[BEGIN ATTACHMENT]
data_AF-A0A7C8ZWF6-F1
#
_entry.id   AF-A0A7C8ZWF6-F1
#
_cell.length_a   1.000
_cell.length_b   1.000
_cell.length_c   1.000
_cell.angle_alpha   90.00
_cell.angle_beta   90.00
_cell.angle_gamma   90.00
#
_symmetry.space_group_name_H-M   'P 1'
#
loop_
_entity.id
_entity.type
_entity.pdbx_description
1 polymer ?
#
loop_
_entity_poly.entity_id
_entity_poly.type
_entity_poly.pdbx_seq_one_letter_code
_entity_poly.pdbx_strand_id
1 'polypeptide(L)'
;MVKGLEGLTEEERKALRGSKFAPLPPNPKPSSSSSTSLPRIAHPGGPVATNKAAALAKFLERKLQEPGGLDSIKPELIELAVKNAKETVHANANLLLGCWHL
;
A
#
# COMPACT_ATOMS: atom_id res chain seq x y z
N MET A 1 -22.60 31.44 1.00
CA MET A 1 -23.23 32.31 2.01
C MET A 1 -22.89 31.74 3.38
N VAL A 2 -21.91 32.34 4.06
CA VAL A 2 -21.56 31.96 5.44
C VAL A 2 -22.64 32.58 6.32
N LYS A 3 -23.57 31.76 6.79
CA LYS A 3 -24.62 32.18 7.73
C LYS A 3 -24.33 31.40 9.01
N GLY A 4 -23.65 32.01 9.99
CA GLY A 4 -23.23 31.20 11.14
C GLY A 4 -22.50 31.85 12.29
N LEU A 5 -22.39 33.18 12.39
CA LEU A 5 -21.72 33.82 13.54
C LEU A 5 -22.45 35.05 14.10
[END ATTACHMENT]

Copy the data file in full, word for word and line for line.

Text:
data_AF-A0A7C8ZWF6-F1
#
_entry.id   AF-A0A7C8ZWF6-F1
#
_cell.length_a   1.000
_cell.length_b   1.000
_cell.length_c   1.000
_cell.angle_alpha   90.00
_cell.angle_beta   90.00
_cell.angle_gamma   90.00
#
_symmetry.space_group_name_H-M   'P 1'
#
loop_
_entity.id
_entity.type
_entity.pdbx_description
1 polymer ?
#
loop_
_entity_poly.entity_id
_entity_poly.type
_entity_poly.pdbx_seq_one_letter_code
_entity_poly.pdbx_strand_id
1 'polypeptide(L)'
;MVKGLEGLTEEERKALRGSKFAPLPPNPKPSSSSSTSLPRIAHPGGPVATNKAAALAKFLERKLQEPGGLDSIKPELIELAVKNAKETVHANANLLLGCWHL
;
A
#
# COMPACT_ATOMS: atom_id res chain seq x y z
N MET A 1 -22.60 31.44 1.00
CA MET A 1 -23.23 32.31 2.01
C MET A 1 -22.89 31.74 3.38
N VAL A 2 -21.91 32.34 4.06
CA VAL A 2 -21.56 31.96 5.44
C VAL A 2 -22.64 32.58 6.32
N LYS A 3 -23.57 31.76 6.79
CA LYS A 3 -24.62 32.18 7.73
C LYS A 3 -24.33 31.40 9.01
N GLY A 4 -23.65 32.01 9.99
CA GLY A 4 -23.23 31.20 11.14
C GLY A 4 -22.50 31.85 12.29
N LEU A 5 -22.39 33.18 12.39
CA LEU A 5 -21.72 33.82 13.54
C LEU A 5 -22.45 35.05 14.10